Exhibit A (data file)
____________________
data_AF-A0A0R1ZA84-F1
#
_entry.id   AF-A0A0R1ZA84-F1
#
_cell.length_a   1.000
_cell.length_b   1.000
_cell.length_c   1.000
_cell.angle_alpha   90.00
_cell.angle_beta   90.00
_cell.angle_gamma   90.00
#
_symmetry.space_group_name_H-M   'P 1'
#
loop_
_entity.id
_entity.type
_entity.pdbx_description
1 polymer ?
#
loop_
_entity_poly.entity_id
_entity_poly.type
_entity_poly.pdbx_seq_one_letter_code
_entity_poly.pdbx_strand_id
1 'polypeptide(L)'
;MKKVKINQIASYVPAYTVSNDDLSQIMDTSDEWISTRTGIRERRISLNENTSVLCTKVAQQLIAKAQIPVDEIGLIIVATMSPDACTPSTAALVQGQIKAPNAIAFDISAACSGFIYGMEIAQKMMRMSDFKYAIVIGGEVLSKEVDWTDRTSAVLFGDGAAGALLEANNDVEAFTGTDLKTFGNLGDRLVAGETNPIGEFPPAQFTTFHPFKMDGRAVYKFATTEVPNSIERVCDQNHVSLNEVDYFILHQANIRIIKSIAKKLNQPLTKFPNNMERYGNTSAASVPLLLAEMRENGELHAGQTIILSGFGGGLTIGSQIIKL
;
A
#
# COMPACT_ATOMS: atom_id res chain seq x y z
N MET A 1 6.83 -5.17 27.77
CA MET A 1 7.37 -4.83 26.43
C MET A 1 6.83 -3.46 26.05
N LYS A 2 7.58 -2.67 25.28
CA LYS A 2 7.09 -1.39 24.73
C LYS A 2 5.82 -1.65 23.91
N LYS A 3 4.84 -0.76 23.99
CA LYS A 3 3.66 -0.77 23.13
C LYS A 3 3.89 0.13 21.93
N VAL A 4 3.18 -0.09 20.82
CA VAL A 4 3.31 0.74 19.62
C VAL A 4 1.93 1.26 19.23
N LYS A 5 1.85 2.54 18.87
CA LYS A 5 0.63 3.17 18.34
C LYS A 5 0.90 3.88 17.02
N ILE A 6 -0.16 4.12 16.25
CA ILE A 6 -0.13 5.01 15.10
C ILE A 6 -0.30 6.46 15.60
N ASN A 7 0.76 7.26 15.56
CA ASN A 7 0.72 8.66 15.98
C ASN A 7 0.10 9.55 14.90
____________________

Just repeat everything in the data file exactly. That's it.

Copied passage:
data_AF-A0A0R1ZA84-F1
#
_entry.id   AF-A0A0R1ZA84-F1
#
_cell.length_a   1.000
_cell.length_b   1.000
_cell.length_c   1.000
_cell.angle_alpha   90.00
_cell.angle_beta   90.00
_cell.angle_gamma   90.00
#
_symmetry.space_group_name_H-M   'P 1'
#
loop_
_entity.id
_entity.type
_entity.pdbx_description
1 polymer ?
#
loop_
_entity_poly.entity_id
_entity_poly.type
_entity_poly.pdbx_seq_one_letter_code
_entity_poly.pdbx_strand_id
1 'polypeptide(L)'
;MKKVKINQIASYVPAYTVSNDDLSQIMDTSDEWISTRTGIRERRISLNENTSVLCTKVAQQLIAKAQIPVDEIGLIIVATMSPDACTPSTAALVQGQIKAPNAIAFDISAACSGFIYGMEIAQKMMRMSDFKYAIVIGGEVLSKEVDWTDRTSAVLFGDGAAGALLEANNDVEAFTGTDLKTFGNLGDRLVAGETNPIGEFPPAQFTTFHPFKMDGRAVYKFATTEVPNSIERVCDQNHVSLNEVDYFILHQANIRIIKSIAKKLNQPLTKFPNNMERYGNTSAASVPLLLAEMRENGELHAGQTIILSGFGGGLTIGSQIIKL
;
A
#
# COMPACT_ATOMS: atom_id res chain seq x y z
N MET A 1 6.83 -5.17 27.77
CA MET A 1 7.37 -4.83 26.43
C MET A 1 6.83 -3.46 26.05
N LYS A 2 7.58 -2.67 25.28
CA LYS A 2 7.09 -1.39 24.73
C LYS A 2 5.82 -1.65 23.91
N LYS A 3 4.84 -0.76 23.99
CA LYS A 3 3.66 -0.77 23.13
C LYS A 3 3.89 0.13 21.93
N VAL A 4 3.18 -0.09 20.82
CA VAL A 4 3.31 0.74 19.62
C VAL A 4 1.93 1.26 19.23
N LYS A 5 1.85 2.54 18.87
CA LYS A 5 0.63 3.17 18.34
C LYS A 5 0.90 3.88 17.02
N ILE A 6 -0.16 4.12 16.25
CA ILE A 6 -0.13 5.01 15.10
C ILE A 6 -0.30 6.46 15.60
N ASN A 7 0.76 7.26 15.56
CA ASN A 7 0.72 8.66 15.98
C ASN A 7 0.10 9.55 14.90